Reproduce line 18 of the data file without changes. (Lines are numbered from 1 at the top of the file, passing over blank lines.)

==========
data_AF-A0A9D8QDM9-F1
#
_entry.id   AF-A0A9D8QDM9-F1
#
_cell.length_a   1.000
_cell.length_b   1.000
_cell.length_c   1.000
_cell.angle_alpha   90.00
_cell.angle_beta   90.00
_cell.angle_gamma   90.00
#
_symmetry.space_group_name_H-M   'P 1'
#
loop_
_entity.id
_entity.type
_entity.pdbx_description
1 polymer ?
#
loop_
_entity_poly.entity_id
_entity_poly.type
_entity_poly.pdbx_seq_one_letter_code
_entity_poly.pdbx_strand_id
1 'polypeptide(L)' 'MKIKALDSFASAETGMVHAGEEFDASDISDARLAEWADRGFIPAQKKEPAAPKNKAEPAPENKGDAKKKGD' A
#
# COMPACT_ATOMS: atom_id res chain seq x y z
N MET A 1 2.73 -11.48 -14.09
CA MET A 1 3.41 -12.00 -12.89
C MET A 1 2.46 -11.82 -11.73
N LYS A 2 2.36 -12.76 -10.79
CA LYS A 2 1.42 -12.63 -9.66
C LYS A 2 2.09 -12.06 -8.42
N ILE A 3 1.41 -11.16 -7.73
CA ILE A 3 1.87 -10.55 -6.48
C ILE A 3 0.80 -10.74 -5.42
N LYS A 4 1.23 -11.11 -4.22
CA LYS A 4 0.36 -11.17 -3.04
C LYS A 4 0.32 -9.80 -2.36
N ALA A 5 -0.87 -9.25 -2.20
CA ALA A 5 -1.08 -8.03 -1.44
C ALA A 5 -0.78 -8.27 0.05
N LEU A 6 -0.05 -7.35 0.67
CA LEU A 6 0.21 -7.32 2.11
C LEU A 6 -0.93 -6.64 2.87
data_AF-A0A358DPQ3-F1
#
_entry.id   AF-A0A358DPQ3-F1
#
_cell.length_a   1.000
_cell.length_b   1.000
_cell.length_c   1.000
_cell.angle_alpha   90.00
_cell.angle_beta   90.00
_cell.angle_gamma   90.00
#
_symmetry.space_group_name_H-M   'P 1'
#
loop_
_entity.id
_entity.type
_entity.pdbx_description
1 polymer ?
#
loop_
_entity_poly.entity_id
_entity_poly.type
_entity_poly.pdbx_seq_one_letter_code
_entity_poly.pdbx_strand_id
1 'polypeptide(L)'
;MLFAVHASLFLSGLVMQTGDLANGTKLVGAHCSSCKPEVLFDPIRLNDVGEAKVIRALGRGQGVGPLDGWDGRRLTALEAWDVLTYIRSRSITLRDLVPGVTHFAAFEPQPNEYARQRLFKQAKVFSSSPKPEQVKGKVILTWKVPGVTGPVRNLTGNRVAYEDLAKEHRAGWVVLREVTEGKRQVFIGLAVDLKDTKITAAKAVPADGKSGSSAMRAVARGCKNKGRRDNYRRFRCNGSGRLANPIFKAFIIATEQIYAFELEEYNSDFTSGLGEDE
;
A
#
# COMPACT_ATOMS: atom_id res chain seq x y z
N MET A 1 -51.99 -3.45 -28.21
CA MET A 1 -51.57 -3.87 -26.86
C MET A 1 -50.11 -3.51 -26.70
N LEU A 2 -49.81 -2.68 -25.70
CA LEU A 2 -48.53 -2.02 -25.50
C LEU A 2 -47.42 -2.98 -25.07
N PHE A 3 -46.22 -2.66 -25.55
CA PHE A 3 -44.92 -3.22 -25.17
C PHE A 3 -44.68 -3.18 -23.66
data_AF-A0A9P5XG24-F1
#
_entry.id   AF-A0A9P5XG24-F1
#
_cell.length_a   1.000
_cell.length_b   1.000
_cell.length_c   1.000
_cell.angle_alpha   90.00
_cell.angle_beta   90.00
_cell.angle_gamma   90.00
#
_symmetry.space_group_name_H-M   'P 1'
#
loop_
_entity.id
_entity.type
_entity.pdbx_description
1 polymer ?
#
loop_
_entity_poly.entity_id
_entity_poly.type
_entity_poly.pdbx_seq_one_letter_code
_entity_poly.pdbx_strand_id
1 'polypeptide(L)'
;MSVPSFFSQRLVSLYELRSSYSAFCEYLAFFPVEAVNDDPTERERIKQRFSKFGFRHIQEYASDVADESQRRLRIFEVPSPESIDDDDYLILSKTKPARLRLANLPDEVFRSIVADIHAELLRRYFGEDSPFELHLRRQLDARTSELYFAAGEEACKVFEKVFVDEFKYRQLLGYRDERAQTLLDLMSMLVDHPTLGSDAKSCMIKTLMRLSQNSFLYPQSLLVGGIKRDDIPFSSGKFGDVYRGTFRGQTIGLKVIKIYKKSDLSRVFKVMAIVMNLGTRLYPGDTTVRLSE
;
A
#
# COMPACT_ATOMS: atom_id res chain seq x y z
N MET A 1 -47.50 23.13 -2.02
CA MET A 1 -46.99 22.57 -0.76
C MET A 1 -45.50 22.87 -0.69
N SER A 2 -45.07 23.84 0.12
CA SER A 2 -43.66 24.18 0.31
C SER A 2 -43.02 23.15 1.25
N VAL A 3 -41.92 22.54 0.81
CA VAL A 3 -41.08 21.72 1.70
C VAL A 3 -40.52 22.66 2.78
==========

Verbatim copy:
1 polymer ?